The following article, reprinted here with some edits, originally appeared in the Herald Democrat on Monday, January 22, 1962.



Rescue Workers Still

Searching for 7-Year-Old

Victim in Twin Lakes Area


Tragedy struck the tiny village of Twin Lakes, 18 miles southwest of Leadville, Sunday when a mass of snow slid down giant Mt. Elbert, sweeping over four houses and snuffing out at least six lives.

Victims of the massive slide were G. L. Shelton, 42, his wife Marie, 40, their son, Steve, 15, and daughters Linda, 10, and Vickie, 7. The entire Shelton family perished in the slide.

Two persons were rescued from the buried wreckage of their home. William Adamich, 35, and his wife Barbara, 30, were hospitalized at St. Vincent’s hospital with frostbite, cuts and bruises. Their condition today was reported improved by hospital officials. Their son Billy, 9, was found dead. Another son, Michael, 7, is still missing, and rescuers are working frantically today to find him. However, little hope is held that he will be found alive.

The other two houses were vacant. The Joe Shelton family, which had previously lived in one of the homes, had moved to Glenwood Springs. The Joe Sheltons had planned to go to the cabin for the weekend, but business matters kept them at home. Shelton said, “If it hadn’t been for that, we probably would have been buried here, too.”

The Joe Shelton home was the first on the east struck by the slide; the next structure was a garage, and then west of that the G. L. Shelton home. The Adamich home was across the road on the left side of the road traveling toward Independence Pass. Another home which was pushed off of its foundation was just west of the G. L. Shelton home.


Electric clocks in the Twin Lakes area which stopped at approximately 5:31 a. m. indicated that this was the time that the slide occurred. However, it was not until 8:30 a. m. that anyone discovered the disaster.

Nels Lindstom, who lives two houses west of the G. L. Shelton house, told The Herald Democrat that he arose at 8:30 a. m. and looked out to see the devastation. He said he had no prior knowledge that anything had occurred. As soon as he discovered the slide, Lindstom said he and a tenant of his, Bud Rowe, walked to the General Store and attempted to phone the sheriff’s office. However, the telephone lines were down and the call could not be completed.

Lindstom and Rowe then hailed a car occupied by skiers from Oklahoma and asked them to notify the sheriff’s office, which they did at 8:50 a. m. Rescue operations got underway immediately.

Bob Rinker of the Twin Lakes Lodge then began probing for victims of the slide. He found Adamich at 9:30 a. m., and Mrs. Adamich was rescued at 10 a. m., just one-half hour after her husband was found.


The snowslide is believed to have started 13,000 feet up Mt. Elbert. Snow weighing in the thousands of tons loosened itself and began its rumbling way to level ground. The overhang of snow had apparently become loosened by the Chinook wind that roared down the area Saturday night and Sunday morning. The temperature in the Twin Lakes area at that time was approximately 19 degrees.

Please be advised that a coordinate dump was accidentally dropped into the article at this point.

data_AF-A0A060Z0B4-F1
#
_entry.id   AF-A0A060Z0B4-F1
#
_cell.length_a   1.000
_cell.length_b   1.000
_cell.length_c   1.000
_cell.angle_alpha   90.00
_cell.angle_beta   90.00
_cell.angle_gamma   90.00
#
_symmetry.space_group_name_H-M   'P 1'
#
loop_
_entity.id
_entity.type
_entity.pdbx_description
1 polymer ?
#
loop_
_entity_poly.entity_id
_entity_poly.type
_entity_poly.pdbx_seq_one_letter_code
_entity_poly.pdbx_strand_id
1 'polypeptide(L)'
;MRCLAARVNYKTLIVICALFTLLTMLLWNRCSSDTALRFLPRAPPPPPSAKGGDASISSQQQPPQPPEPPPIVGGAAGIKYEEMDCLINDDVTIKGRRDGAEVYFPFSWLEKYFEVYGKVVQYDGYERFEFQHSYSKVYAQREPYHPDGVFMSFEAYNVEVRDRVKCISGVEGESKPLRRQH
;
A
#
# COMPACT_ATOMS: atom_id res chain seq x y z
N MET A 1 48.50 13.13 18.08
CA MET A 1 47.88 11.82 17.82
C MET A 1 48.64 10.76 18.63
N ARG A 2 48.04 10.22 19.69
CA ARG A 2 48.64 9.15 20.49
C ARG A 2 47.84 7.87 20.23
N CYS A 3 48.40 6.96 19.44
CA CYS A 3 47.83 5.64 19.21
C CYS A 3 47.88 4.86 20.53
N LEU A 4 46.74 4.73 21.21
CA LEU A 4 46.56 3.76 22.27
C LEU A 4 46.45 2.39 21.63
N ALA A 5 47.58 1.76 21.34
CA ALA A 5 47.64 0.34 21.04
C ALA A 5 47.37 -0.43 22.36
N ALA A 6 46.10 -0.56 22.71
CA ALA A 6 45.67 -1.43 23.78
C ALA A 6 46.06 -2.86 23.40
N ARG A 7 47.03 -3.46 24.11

The usually northern direction of the wind had changed during the recent storm and winds had commenced blowing in from the south, completely changing the usual pattern of snow overhang in the high mountains.

As the ocean of snow wound its way down the mountainside, trees, rocks and dry timber were intermixed, forming a battering ram of great force. The course off the south side of Perry’s Peak is such that a minor slide would have been stopped on the flat directly above the devastated area. This flat is some 200 feet across, but it was not able to hold the force of Sunday’s slide.

By some quirk of nature, the slide appeared to have leapfrogged this natural barrier and came tumbling onto the heavily wooded hillside above the group of six houses on the highway just outside the village of Twin Lakes.

The slide was approximately 3,500 feet wide on the highway level, and then fanned out to approximately one mile in width in the meadow below the Adamich residence.


The Joe Shelton home was pushed in a northwesterly direction into the meadow below the highway. This meadow was covered to a depth of 15 feet by the slide. The home was found in major sections at the extreme end of the slide. One corner of the house was found intact, and having slid with the corner section was the refrigerator, which was on its back with the door upright. It was only slightly dented. The roof section of the home was found approximately 200 feet from the corner section, having been turned over with the shingles used as sled runners. Light fixtures were still partially in place, but all shades and lamps were simply snatched from the fixtures by the force of the slide.

Not too far from the room section was found a garage “creeper” completely intact with the exception of one caster which had been sheared off. A slab of concrete painted a dull green was found near the roof section. This had apparently been a step or floor section, and it was buried by only two inches of snow. Other sections of the Joe Shelton home were scattered in the area in a haphazard manner.